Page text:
Send to

Choose Destination
J Fam Pract. 2001 Jul;50(7):603-7.

Adolescent girls' attitudes toward pregnancy: the importance of asking what the boyfriend wants.

Author information

Salud Family Health Centers, 1115 Second St., Fort Lupton, CO 80621, USA.



We evaluated the factors associated with attitudes toward pregnancy among girls presenting to an adolescent health clinic to better predict which girls are at the highest risk of pregnancy.


We used a cross-sectional provider-administered survey design.


A total 202 girls aged 13 to 18 years presenting consecutively for reproductive health services to an adolescent care clinic were interviewed about their desire for pregnancy. Girls found to be already pregnant at the initial visit (n=54) were removed from analysis.


measured The main outcome measured was desire for pregnancy. Subjects were grouped by those desiring pregnancy (n=16), those desiring to avoid pregnancy (n=107), and those ambivalent about pregnancy (n=25).


The girls who were ambivalent about pregnancy were not significantly different from the girls desiring pregnancy. In unadjusted analysis, girls desiring pregnancy or who were ambivalent about it were more likely to be Hispanic, unemployed, to not attend school, to live with neither natural parent, and to have lived away from home for more than 2 weeks. In adjusted analysis, the reported attitude of the boyfriend toward having a child was the only significant predictor of adolescent girls&rsquo attitude toward pregnancy.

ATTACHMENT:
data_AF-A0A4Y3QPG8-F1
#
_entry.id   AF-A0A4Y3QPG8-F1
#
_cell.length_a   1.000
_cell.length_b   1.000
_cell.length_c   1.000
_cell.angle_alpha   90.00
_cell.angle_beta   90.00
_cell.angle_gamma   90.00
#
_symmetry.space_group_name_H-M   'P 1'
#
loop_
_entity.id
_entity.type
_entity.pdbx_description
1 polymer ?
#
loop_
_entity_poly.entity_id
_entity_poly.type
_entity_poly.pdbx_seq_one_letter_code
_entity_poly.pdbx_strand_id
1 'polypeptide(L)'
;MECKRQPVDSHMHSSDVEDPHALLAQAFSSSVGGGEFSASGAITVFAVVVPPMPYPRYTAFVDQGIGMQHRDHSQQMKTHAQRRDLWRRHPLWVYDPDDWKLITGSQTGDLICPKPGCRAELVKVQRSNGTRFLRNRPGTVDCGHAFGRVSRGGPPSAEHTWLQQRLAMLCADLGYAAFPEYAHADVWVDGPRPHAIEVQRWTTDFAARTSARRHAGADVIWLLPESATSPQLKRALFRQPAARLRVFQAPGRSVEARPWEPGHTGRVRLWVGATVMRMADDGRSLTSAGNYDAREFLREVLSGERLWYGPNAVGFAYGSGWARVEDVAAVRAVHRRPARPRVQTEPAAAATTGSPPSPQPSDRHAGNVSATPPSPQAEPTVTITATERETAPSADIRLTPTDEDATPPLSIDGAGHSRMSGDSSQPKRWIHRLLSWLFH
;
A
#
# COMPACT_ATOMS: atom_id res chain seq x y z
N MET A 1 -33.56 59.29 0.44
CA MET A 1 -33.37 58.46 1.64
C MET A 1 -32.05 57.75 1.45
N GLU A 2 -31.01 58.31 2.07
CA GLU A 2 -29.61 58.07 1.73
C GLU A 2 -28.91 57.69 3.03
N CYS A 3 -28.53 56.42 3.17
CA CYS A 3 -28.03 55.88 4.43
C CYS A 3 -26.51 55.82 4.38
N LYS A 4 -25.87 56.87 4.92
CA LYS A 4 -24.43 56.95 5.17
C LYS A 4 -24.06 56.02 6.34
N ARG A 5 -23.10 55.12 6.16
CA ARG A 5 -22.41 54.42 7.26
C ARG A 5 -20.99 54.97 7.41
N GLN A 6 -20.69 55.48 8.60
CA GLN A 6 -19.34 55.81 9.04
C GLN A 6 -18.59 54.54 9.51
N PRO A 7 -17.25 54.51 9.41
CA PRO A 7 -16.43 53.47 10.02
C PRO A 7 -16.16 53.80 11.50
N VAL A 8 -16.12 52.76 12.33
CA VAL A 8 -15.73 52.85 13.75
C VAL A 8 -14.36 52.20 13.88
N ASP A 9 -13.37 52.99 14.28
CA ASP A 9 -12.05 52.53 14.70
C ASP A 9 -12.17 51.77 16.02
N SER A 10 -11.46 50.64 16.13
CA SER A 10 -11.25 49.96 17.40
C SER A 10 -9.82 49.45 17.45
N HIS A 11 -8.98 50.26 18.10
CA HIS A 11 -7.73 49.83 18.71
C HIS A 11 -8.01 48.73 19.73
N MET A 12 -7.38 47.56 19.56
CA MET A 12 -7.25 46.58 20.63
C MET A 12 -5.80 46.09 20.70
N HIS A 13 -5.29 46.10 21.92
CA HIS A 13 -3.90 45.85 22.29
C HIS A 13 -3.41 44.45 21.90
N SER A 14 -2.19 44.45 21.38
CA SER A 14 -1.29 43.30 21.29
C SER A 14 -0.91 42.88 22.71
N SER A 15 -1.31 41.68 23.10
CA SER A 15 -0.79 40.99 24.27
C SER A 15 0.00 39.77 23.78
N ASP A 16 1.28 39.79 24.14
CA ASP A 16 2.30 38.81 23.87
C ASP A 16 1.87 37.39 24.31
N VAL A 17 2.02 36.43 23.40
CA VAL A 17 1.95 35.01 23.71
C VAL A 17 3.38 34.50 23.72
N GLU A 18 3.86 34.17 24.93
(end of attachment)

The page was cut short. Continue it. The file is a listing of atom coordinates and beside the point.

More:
The best predictor of an adolescent girl&rsquos attitude toward pregnancy is her perception of her boyfriends&rsquo desire for a baby. Primary care providers should include boyfriends in any efforts to delay pregnancy in at-risk adolescent girls. Teenagers who are ambivalent about whether they want to be pregnant do not differ significantly from those desiring pregnancy, and should be considered just as high risk.

[Indexed for MEDLINE]

Supplemental Content

Loading ...
Support Center